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Andreas Bolte

andreas bolte

Ph.D. Student

Postal address:

Albert-Ludwigs-Universität Freiburg
Historisches Seminar
Lehrstuhl für Neuere und Neueste Geschichte Westeuropas
79085 Freiburg im Breisgau

E-Mail: andreascbolte@gmail.com

Academic Career
Grants and Awards
Ph.D. Project

 

 

Academic Career

Since
December 2017

Ph.D. Student with the Chair of Modern European History, Prof. Dr. Jörn Leonhard
2015-2018
Research assistant and tutor with the Department of History, Prof. Dr. Willi Oberkrome and the Chair of Economic, Social and Environmental History, Prof. Dr. Dr. F.-J. Brüggemeier
2015-2017 M.A. Comparative Modern History, Albert-Ludwigs-Universität Freiburg
2014-2015 Modern History, Göteborgs Universitet
2012-2014 Research assistant and tutor with the Chair of Early Modern History, Prof. Dr. Ronald G. Asch
2011-2015 B.A. Early Modern and Modern History and German Literature, Albert-Ludwigs-Universität Freiburg

 

Grants and Awards

2017 Bavaria-Master-Stipendium of the Faculty of Philosophy, Albert-Ludwigs-Universität Freiburg
2015 Adlerbertska Hospitiestiftelsen, Göteborgs Universitet
2014-2015 ERASMUS+-Stipendium

 

Ph.D. Project

"The temporality of imperial rule in British Malaya and the Dutch East Indies, ca. 1900-1940"

The project seeks to approach the temporal dimensions of imperial rule in British Malaya and the Dutch East Indies between ca. 1900 and 1940. Around the turn of the century a specific situation of imperial rivalry led to an intensification of imperial rule in Southeast Asia, that expressed itself in a push to make those colonies more economically lucrative. At the same time a process of ‘temporalization’ took place in those societies, manifesting itself in a rising relevance of temporal practices like planning and precise time-keeping. Historical researchers have described both phenomena as formative for the first half of the twentieth century – though rarely has it been suggested that there might be a connection between the two. The projects aims at answering the question if there is such a connection, and what its nature might be.
To address this task, the focal point lies on conflicts surrounding imperial rule, that were either fought about temporalization itself or with the use of temporal practices. In these disputes, a wide range of protagonists clashed in changing constellations. Colonial officials and imperial governments, private economy personnel, indigenous functional elites and immigrated workers tried to modify the fundamentals of imperial rule in their favor. Most of these conflicts happened in close proximity to systems that depended on strict time-keeping and careful planning. Infrastructures like the railway and plantations, backbone of the thriving export-oriented colonial economy, were a space of tensions – for example when disciplining the workforce to encourage good time-keeping behavior or when planning the production over a number of years in advance. The persons responsible for keeping temporal order are especially interesting. Plantation foremen, station masters and train drivers occupied a space between the traditional categories of colonizer and colonized, that frequently allowed them to use the temporal order to their advantage.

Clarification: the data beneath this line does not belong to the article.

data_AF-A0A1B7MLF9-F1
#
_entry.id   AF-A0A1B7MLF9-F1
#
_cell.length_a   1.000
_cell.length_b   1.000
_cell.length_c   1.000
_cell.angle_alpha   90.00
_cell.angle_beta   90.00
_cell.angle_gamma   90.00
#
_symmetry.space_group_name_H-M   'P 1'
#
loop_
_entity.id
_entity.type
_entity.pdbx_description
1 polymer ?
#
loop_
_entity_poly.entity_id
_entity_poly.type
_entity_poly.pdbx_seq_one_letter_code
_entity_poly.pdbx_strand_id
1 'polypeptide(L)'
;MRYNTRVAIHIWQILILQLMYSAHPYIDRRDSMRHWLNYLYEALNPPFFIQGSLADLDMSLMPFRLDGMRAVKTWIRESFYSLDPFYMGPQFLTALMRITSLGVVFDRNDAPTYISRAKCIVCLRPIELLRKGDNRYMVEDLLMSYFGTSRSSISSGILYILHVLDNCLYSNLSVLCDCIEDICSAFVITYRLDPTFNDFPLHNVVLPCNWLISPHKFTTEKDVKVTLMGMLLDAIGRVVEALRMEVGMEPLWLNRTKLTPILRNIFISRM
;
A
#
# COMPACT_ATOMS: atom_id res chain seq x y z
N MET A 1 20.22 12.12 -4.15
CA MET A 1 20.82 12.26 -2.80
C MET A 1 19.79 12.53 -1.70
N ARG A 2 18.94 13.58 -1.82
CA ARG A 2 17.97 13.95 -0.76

In analyzing these conflicts the project wants to show, that it wasn’t just the colonizers that used time as a source of power in the imperial context. The colonized increasingly made use of temporal practices to achieve their goals as well. Analyzing how all mentioned groups incorporated these techniques into the process of bargaining for the configurations of imperial rule is a main goal of the project. There are not only insights to find into the mechanics of conflict in colonial societies, but also reasons for the successful implementations of temporal practices that are still important today – even beyond the spheres of the imperial.

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